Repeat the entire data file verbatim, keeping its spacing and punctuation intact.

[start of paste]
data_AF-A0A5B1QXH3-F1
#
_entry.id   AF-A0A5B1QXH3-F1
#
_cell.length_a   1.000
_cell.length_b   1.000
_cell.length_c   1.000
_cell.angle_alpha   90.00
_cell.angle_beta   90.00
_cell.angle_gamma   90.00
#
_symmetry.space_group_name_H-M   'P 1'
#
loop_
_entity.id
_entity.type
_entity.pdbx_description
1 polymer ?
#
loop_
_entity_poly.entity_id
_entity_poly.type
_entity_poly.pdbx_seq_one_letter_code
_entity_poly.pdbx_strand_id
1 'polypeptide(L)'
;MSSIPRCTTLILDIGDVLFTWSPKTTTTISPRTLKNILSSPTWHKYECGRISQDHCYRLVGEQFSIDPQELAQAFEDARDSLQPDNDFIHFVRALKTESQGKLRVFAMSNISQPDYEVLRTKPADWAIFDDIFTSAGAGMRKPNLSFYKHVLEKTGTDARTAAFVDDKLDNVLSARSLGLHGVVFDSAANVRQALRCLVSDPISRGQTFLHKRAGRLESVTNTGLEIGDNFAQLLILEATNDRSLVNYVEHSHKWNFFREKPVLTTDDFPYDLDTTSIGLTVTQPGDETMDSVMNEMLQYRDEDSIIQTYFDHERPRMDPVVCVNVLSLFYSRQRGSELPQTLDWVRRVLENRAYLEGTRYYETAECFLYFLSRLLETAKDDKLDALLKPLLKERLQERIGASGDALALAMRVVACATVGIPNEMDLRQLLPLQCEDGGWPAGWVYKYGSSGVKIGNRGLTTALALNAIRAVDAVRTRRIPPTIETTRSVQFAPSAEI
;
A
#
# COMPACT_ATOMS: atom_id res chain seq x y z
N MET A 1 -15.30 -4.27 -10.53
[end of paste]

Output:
data_AF-A0A5B1QXH3-F1
#
_entry.id   AF-A0A5B1QXH3-F1
#
_cell.length_a   1.000
_cell.length_b   1.000
_cell.length_c   1.000
_cell.angle_alpha   90.00
_cell.angle_beta   90.00
_cell.angle_gamma   90.00
#
_symmetry.space_group_name_H-M   'P 1'
#
loop_
_entity.id
_entity.type
_entity.pdbx_description
1 polymer ?
#
loop_
_entity_poly.entity_id
_entity_poly.type
_entity_poly.pdbx_seq_one_letter_code
_entity_poly.pdbx_strand_id
1 'polypeptide(L)'
;MSSIPRCTTLILDIGDVLFTWSPKTTTTISPRTLKNILSSPTWHKYECGRISQDHCYRLVGEQFSIDPQELAQAFEDARDSLQPDNDFIHFVRALKTESQGKLRVFAMSNISQPDYEVLRTKPADWAIFDDIFTSAGAGMRKPNLSFYKHVLEKTGTDARTAAFVDDKLDNVLSARSLGLHGVVFDSAANVRQALRCLVSDPISRGQTFLHKRAGRLESVTNTGLEIGDNFAQLLILEATNDRSLVNYVEHSHKWNFFREKPVLTTDDFPYDLDTTSIGLTVTQPGDETMDSVMNEMLQYRDEDSIIQTYFDHERPRMDPVVCVNVLSLFYSRQRGSELPQTLDWVRRVLENRAYLEGTRYYETAECFLYFLSRLLETAKDDKLDALLKPLLKERLQERIGASGDALALAMRVVACATVGIPNEMDLRQLLPLQCEDGGWPAGWVYKYGSSGVKIGNRGLTTALALNAIRAVDAVRTRRIPPTIETTRSVQFAPSAEI
;
A
#
# COMPACT_ATOMS: atom_id res chain seq x y z
N MET A 1 -15.30 -4.27 -10.53